By Samantha L. Quigley
Air Force Master Sergeant Andre Gattis doesn’t recall how many times he’s gone to port mortuary, part of the Air Force Mortuary Affairs Operations at Dover, Delaware. After more than 12 years on the job, he’s been there too many times to count.
But Gattis continues to volunteer for the assignment because he’s drawn to the solemn mission and he takes pride in making sure that fallen troops receive the highest level of dignity, honor and respect.
“My first time here was in 2002, shortly after the war kicked off. I wasn’t sure what to expect. There were sights, smells and sounds I wasn’t use to. Now those same things are a reminder that I’m here to perform an honorable mission taking care of our nation’s fallen.
There is no way around the tough part of working here. We see firsthand the impact war has on families of the fallen. My work helps return the fallen back to their families with dignity, honor and respect, as well as hopefully giving the families comfort and closure during a difficult time.
Although all of this might seem a bit grim, the pride and honor you get from serving the fallen and their families is like no other. All of the hard work is worth it when you get a letter from one of the families expressing their gratitude and appreciation for taking care of their loved one. This unique experience has given me a better appreciation for life, family and friends.”
– Samantha L. Quigley is the editor in chief of On Patrol.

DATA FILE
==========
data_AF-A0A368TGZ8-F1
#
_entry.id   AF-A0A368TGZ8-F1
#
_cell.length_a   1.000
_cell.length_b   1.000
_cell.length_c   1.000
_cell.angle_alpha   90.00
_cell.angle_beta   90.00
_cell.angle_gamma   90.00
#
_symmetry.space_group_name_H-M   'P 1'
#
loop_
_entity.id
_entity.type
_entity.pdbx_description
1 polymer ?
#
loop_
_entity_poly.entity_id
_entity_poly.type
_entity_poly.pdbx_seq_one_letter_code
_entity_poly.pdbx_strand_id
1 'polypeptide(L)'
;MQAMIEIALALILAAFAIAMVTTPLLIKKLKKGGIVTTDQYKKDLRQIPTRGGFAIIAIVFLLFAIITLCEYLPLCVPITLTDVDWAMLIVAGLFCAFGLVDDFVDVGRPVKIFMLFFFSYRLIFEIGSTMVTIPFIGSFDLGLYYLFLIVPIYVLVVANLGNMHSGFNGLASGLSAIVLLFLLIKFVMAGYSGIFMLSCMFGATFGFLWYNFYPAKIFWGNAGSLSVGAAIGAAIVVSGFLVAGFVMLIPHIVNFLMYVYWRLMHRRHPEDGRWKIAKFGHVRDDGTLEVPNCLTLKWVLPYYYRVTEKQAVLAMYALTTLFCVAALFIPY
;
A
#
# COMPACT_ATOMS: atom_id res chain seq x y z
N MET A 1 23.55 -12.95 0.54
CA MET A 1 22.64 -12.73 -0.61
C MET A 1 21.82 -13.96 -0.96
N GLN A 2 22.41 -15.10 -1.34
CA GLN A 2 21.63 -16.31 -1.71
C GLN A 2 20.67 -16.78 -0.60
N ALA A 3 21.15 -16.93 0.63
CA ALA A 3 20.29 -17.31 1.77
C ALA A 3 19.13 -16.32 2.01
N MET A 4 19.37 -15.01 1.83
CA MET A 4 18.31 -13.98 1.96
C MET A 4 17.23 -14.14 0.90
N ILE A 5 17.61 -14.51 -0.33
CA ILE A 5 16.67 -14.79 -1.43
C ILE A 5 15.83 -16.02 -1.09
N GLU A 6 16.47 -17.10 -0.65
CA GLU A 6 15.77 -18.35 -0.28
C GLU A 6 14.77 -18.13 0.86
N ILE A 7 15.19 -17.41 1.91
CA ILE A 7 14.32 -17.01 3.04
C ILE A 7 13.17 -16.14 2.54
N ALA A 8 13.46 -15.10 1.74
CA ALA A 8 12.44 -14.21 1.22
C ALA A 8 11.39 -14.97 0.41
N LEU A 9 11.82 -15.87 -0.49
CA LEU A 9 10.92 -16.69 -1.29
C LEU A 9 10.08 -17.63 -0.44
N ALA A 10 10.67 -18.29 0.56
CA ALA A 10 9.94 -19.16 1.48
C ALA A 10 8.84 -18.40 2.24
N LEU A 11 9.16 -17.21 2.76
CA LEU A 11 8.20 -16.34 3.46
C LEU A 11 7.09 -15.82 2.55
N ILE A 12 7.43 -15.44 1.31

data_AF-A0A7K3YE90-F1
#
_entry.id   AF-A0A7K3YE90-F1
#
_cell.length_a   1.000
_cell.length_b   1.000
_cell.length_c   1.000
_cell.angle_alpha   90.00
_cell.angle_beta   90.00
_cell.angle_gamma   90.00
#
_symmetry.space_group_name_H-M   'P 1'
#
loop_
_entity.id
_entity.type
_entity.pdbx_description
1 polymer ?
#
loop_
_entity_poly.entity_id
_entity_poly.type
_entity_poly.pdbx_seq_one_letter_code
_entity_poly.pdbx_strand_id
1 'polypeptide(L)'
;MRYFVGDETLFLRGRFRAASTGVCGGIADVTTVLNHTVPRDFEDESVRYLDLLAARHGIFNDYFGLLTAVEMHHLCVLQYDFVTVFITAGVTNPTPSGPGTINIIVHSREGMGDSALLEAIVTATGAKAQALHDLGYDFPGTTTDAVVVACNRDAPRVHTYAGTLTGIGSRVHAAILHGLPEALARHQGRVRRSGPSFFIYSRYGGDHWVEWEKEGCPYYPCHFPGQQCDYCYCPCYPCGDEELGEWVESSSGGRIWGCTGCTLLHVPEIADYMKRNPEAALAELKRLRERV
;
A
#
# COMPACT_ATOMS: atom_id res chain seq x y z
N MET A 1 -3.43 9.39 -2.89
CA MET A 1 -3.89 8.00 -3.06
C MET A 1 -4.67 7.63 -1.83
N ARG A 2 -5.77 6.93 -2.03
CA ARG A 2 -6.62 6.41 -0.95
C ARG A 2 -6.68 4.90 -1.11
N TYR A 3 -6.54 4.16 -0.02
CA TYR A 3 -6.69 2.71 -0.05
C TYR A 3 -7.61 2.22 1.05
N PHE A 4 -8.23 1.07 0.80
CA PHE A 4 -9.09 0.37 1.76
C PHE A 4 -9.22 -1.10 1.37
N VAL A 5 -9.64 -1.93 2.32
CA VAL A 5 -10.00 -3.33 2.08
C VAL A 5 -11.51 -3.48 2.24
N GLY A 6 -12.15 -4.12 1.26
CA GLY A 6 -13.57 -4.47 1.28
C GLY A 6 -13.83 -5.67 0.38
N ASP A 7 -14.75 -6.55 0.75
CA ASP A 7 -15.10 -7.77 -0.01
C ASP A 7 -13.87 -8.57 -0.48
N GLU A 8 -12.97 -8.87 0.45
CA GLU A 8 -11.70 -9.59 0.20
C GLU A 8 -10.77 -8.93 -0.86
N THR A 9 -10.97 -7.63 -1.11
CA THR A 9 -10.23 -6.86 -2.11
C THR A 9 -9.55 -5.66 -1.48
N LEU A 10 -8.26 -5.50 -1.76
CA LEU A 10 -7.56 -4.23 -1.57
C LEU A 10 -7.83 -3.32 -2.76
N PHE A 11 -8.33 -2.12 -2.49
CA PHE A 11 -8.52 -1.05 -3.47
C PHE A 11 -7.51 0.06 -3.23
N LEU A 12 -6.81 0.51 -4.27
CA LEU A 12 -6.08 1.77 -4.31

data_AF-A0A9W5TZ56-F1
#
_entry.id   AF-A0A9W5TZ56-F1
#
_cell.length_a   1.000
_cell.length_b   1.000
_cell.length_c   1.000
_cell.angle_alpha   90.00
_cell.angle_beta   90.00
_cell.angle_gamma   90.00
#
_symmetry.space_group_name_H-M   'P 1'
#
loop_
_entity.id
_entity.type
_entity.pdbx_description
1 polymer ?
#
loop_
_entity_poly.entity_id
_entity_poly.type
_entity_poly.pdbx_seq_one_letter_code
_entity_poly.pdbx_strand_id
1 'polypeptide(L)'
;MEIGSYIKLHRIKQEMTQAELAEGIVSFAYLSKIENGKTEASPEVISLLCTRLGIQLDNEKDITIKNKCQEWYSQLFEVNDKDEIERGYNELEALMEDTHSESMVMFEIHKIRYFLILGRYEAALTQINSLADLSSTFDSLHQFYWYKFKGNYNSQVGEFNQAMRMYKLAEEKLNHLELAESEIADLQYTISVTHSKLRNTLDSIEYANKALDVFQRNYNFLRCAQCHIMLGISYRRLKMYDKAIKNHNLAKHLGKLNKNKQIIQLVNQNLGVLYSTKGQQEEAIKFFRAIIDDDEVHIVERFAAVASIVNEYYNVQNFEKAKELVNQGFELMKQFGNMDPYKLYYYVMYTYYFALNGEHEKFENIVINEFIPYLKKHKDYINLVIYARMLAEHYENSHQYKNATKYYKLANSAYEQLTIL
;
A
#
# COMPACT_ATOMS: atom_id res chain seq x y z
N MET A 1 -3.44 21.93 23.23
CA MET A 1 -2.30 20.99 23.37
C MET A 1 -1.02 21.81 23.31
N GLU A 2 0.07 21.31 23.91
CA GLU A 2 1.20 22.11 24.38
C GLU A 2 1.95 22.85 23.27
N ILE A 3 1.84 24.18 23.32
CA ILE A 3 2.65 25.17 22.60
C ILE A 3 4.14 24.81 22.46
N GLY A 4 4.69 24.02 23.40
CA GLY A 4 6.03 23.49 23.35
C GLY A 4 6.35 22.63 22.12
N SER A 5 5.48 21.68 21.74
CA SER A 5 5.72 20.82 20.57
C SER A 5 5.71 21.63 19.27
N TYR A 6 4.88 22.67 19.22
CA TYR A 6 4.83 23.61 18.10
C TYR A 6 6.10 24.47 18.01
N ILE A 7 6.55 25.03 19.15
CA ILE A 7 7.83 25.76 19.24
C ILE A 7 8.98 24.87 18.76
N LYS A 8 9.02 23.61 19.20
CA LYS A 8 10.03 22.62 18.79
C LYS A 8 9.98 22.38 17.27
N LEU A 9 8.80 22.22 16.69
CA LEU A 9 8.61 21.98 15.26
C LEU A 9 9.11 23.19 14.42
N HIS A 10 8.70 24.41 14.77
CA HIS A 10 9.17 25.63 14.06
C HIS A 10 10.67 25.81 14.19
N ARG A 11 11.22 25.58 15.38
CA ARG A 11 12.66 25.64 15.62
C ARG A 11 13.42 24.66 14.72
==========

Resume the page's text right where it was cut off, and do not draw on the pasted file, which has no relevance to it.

Stories in this Series
Dec 22, 2014
Finding the Faith and Will to Fight On
While battling insurgents on the streets of Mosul, Iraq, Army Maj. Damon Armeni was severely wounded by a rocket-propelled grenade that nearly killed him. But this isn’t a story about what happened that day; it’s about where he found the strength to recover.
Dec 16, 2014
Constant Challenges Keep Trauma Surgeon Going
Dr. Raymond Fang said he “can’t begin to guess” how many patients he treated directly or whose cases he oversaw. He figures it’s in the thousands—fathers, mothers, sons and daughters who in past conflicts likely never would have survived beyond the battlefield.
Dec 10, 2014
The Little Men of Afghanistan
Afghan children don’t know their country’s history is one long, never-ending tragedy. They don’t know they can only expect to live 45 years, and to live those years in poverty. And no one need tell them they’ll know the sights and sounds of combat before they are teenagers.
Dec 3, 2014
Photos of Smiling Troops are the Story of Roker's USO Tour
Al Roker, the gregarious weatherman-turned-co-anchor of NBC’s “Today” gets hundreds of photo requests from fans standing just beyond the barriers of the show’s outdoor studio in the heart of Manhattan. On a 2014 USO tour, Roker was the one asking for photos.